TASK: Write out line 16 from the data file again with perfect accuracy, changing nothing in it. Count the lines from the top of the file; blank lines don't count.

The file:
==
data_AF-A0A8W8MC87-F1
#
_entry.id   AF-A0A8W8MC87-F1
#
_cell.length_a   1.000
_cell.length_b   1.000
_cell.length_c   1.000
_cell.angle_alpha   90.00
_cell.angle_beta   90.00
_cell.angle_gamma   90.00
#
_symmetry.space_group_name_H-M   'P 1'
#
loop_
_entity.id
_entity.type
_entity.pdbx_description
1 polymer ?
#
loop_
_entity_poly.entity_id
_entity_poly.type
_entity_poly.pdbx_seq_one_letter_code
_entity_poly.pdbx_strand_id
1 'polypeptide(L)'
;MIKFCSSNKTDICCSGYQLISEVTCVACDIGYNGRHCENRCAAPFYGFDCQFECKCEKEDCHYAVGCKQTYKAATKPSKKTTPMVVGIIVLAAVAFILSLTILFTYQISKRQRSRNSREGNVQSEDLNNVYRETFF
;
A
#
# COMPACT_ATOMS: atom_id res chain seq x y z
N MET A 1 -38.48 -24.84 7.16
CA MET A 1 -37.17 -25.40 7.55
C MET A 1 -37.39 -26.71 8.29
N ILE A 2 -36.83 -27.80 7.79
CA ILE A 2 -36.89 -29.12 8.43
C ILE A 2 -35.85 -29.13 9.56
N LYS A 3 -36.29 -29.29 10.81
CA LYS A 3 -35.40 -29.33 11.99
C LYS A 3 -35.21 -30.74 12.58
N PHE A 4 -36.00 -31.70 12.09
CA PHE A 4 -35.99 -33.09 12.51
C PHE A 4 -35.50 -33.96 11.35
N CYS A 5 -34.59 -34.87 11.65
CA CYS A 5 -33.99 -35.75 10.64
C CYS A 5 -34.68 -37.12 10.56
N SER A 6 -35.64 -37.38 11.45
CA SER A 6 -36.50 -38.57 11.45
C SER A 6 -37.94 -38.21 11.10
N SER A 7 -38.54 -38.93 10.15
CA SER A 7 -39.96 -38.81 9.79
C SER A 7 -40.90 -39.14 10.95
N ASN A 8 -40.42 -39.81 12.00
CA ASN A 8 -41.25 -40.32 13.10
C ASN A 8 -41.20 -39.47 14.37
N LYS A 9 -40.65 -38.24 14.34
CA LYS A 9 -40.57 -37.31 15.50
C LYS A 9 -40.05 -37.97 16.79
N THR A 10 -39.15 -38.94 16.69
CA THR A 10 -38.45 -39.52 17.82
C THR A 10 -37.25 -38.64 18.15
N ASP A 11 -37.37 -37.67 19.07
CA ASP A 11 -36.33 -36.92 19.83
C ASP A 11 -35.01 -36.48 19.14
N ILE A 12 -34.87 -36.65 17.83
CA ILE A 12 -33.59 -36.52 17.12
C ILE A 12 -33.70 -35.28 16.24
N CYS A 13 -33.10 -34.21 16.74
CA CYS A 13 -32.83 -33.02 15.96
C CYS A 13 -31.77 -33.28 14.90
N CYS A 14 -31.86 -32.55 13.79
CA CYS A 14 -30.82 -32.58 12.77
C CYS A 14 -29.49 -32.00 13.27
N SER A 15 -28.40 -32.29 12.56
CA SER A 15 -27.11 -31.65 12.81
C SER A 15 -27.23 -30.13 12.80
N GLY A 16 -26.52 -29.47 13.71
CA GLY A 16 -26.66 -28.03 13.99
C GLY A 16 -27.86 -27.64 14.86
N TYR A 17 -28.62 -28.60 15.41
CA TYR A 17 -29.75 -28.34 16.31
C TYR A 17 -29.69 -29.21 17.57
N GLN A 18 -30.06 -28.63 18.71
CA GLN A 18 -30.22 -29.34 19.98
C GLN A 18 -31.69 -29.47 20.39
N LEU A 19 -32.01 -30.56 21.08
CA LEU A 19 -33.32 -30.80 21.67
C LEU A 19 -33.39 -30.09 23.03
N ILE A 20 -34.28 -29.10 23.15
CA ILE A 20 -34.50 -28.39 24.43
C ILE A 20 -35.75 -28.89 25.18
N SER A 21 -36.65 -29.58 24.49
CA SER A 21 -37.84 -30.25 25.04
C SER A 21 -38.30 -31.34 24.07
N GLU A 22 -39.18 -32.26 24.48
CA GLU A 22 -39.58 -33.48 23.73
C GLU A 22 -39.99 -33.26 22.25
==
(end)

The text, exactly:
_entity.type